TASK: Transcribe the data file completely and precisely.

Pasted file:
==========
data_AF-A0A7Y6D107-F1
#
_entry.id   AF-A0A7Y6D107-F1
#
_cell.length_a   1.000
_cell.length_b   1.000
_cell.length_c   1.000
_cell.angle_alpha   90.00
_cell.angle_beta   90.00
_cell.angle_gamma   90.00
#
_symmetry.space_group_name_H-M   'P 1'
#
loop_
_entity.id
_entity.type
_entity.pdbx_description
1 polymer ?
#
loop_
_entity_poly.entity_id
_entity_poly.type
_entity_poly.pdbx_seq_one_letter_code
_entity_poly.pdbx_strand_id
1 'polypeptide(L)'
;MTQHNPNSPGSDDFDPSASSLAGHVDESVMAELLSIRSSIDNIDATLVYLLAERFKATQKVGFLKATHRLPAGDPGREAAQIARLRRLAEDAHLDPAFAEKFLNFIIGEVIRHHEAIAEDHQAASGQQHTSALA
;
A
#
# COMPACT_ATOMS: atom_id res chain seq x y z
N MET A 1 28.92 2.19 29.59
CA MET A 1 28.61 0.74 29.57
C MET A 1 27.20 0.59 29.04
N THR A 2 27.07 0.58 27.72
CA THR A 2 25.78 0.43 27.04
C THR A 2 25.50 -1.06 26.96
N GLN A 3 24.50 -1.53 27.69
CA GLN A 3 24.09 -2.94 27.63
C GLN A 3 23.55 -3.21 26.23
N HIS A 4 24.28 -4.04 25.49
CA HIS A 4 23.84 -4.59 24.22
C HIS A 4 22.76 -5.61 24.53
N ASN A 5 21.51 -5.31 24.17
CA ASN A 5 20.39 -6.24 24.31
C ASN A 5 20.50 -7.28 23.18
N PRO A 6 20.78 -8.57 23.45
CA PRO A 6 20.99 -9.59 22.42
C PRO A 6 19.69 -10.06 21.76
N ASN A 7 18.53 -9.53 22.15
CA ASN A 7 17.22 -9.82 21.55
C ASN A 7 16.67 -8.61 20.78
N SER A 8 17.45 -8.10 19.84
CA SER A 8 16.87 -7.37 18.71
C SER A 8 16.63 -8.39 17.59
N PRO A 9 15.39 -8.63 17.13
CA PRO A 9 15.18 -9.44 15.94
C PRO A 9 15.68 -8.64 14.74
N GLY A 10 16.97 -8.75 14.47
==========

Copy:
data_AF-A0A7Y6D107-F1
#
_entry.id   AF-A0A7Y6D107-F1
#
_cell.length_a   1.000
_cell.length_b   1.000
_cell.length_c   1.000
_cell.angle_alpha   90.00
_cell.angle_beta   90.00
_cell.angle_gamma   90.00
#
_symmetry.space_group_name_H-M   'P 1'
#
loop_
_entity.id
_entity.type
_entity.pdbx_description
1 polymer ?
#
loop_
_entity_poly.entity_id
_entity_poly.type
_entity_poly.pdbx_seq_one_letter_code
_entity_poly.pdbx_strand_id
1 'polypeptide(L)'
;MTQHNPNSPGSDDFDPSASSLAGHVDESVMAELLSIRSSIDNIDATLVYLLAERFKATQKVGFLKATHRLPAGDPGREAAQIARLRRLAEDAHLDPAFAEKFLNFIIGEVIRHHEAIAEDHQAASGQQHTSALA
;
A
#
# COMPACT_ATOMS: atom_id res chain seq x y z
N MET A 1 28.92 2.19 29.59
CA MET A 1 28.61 0.74 29.57
C MET A 1 27.20 0.59 29.04
N THR A 2 27.07 0.58 27.72
CA THR A 2 25.78 0.43 27.04
C THR A 2 25.50 -1.06 26.96
N GLN A 3 24.50 -1.53 27.69
CA GLN A 3 24.09 -2.94 27.63
C GLN A 3 23.55 -3.21 26.23
N HIS A 4 24.28 -4.04 25.49
CA HIS A 4 23.84 -4.59 24.22
C HIS A 4 22.76 -5.61 24.53
N ASN A 5 21.51 -5.31 24.17
CA ASN A 5 20.39 -6.24 24.31
C ASN A 5 20.50 -7.28 23.18
N PRO A 6 20.78 -8.57 23.45
CA PRO A 6 20.99 -9.59 22.42
C PRO A 6 19.69 -10.06 21.76
N ASN A 7 18.53 -9.53 22.15
CA ASN A 7 17.22 -9.82 21.55
C ASN A 7 16.67 -8.61 20.78
N SER A 8 17.45 -8.10 19.84
CA SER A 8 16.87 -7.37 18.71
C SER A 8 16.63 -8.39 17.59
N PRO A 9 15.39 -8.63 17.13
CA PRO A 9 15.18 -9.44 15.94
C PRO A 9 15.68 -8.64 14.74
N GLY A 10 16.97 -8.75 14.47